The Court Outlines a Narrow Path Through Which an Individual May Be a De Facto Party in a PSB Proceeding
In In re Application of Beach Properties, Inc. d/b/a Basin Harbor Club, for a Certificate of Public Good for an Interconnected Group Net-Metered Photovoltaic Electric Power System, 2015 VT 130 (October 16, 2015), the Vermont Supreme Court found that a commenter who opposed a project’s application for a Certificate of Public Good (CPG) had standing to file a motion to reconsider the CPG, despite not having filed for party intervenor status.
Issue: Whether a commenter who was heavily involved in the application process for a CPG had standing to file a motion for reconsideration and a notice of appeal of the granting of the CPG, despite not having applied for party intervenor status during the course of the proceedings before the Public Service Board.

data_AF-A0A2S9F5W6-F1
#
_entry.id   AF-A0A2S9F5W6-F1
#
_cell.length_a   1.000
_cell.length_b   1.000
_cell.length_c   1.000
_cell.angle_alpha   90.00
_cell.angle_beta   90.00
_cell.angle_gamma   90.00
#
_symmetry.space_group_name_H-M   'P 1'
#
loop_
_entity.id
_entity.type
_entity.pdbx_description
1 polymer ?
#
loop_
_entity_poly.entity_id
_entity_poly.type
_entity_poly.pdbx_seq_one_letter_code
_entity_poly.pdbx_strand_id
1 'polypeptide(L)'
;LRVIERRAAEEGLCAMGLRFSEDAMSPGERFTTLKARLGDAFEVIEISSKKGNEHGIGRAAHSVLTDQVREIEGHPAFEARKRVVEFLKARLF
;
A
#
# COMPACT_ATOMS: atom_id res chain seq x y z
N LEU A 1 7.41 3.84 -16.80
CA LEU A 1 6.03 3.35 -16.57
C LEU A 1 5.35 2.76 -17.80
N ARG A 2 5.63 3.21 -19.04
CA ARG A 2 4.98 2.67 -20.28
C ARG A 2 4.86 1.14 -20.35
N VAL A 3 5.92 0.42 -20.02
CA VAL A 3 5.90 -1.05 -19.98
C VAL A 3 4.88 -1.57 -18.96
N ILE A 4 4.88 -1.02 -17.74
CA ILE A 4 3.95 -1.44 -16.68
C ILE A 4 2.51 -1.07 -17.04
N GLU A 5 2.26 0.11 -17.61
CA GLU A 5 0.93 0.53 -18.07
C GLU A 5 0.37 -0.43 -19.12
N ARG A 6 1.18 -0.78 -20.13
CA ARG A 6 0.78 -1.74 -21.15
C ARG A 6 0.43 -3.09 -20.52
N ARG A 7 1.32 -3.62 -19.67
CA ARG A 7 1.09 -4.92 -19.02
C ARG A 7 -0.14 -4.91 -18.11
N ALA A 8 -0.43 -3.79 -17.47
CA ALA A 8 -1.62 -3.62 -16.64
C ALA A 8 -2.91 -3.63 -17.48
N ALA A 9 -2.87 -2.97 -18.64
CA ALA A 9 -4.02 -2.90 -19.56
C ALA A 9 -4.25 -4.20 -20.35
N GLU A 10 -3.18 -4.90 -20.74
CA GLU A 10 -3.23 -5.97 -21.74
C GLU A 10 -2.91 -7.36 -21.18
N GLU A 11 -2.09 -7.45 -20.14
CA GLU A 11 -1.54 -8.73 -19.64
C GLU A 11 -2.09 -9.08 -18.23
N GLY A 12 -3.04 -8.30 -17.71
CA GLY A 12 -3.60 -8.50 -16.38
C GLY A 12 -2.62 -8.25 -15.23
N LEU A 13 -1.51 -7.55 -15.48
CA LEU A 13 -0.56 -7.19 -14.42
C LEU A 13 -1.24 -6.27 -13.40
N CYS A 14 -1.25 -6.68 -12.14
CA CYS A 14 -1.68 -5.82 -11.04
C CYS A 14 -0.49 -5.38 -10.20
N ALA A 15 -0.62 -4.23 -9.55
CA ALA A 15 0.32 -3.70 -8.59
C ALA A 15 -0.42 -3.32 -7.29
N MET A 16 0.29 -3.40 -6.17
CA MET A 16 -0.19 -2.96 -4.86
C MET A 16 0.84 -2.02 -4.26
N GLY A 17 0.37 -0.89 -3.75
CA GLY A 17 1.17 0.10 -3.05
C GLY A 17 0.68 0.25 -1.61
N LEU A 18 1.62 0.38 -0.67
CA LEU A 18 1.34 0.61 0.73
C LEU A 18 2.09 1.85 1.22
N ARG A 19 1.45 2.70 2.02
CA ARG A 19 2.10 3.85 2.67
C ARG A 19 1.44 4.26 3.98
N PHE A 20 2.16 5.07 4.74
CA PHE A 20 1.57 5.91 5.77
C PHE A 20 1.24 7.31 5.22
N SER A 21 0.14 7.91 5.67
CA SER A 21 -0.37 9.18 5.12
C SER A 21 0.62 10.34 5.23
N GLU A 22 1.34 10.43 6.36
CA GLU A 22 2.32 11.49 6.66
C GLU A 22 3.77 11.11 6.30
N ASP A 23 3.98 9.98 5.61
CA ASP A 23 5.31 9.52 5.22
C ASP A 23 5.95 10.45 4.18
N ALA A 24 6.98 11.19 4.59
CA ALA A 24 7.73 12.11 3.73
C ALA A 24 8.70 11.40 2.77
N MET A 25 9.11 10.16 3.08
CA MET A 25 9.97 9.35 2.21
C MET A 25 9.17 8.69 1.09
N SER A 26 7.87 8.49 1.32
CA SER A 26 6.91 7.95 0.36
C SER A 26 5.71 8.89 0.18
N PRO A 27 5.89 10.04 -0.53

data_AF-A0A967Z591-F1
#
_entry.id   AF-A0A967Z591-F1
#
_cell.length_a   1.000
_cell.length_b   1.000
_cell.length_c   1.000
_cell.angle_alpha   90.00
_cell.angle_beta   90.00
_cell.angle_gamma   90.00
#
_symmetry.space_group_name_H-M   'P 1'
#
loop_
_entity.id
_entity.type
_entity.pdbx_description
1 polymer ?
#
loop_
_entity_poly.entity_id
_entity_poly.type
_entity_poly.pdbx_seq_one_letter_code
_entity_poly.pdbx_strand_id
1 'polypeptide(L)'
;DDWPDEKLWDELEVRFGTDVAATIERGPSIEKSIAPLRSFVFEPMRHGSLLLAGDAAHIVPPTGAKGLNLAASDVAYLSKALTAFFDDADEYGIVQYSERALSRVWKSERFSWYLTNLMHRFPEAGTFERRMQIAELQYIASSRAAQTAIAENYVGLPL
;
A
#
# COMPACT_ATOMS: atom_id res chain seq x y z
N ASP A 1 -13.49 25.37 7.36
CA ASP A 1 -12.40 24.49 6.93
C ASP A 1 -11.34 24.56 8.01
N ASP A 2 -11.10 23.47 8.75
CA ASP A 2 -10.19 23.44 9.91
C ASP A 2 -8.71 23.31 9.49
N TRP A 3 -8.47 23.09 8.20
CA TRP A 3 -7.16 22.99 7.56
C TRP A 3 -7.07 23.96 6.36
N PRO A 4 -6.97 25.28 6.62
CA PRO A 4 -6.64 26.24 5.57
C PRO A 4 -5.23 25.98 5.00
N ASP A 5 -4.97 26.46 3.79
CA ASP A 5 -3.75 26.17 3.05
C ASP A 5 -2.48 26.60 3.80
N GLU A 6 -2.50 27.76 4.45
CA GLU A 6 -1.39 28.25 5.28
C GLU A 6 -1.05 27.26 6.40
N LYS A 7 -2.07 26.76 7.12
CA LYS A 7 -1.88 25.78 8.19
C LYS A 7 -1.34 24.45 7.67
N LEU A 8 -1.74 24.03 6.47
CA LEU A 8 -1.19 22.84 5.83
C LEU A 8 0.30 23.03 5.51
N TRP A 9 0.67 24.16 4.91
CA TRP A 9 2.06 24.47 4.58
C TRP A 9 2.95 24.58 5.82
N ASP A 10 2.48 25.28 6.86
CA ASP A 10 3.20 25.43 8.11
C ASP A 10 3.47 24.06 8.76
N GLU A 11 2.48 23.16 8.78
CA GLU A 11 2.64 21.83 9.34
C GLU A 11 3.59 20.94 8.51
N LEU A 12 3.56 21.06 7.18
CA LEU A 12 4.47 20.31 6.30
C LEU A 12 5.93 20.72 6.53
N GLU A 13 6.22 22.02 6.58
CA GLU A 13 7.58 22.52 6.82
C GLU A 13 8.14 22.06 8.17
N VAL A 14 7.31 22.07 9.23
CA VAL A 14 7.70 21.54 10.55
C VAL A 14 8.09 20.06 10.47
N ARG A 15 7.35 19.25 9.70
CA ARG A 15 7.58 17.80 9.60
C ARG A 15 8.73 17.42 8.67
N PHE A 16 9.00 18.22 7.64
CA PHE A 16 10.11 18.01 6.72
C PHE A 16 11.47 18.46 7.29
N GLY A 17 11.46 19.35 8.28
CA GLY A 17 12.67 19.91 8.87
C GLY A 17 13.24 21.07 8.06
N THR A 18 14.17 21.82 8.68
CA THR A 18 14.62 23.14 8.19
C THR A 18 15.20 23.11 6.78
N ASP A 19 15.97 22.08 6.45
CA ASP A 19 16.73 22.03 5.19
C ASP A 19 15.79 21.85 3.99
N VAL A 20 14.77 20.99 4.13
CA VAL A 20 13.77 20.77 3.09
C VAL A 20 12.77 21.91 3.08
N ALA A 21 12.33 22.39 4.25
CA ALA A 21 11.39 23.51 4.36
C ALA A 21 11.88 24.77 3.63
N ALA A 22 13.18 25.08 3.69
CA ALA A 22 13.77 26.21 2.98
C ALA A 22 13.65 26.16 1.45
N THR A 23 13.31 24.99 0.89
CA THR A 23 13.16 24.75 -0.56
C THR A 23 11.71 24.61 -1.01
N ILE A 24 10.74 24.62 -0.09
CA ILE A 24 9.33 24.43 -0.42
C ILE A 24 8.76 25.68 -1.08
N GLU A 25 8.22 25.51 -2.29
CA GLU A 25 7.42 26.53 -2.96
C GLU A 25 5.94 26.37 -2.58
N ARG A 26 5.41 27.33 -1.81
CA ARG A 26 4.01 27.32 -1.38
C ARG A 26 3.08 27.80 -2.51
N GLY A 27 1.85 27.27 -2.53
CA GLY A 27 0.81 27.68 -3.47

Holding: The Court reversed and remanded, finding that the PSB erred in denying a commenter’s (Maguire) motion for reconsideration on the grounds that she lacked standing in the action. The Court conducted a highly fact-specific inquiry and stressed that its holding was limited to these particular facts, but ultimately held that Maguire became a de facto party in the action because she was not informed of the need to apply for party status by the Board, reasonably believed that she was a party in the action, and was effectively treated as such by both the Board and the applicant. As such, she had standing to file a motion for reconsideration. The Court declined to consider another party’s similar appeal, finding that that party had failed to file its notice of appeal in a timely fashion.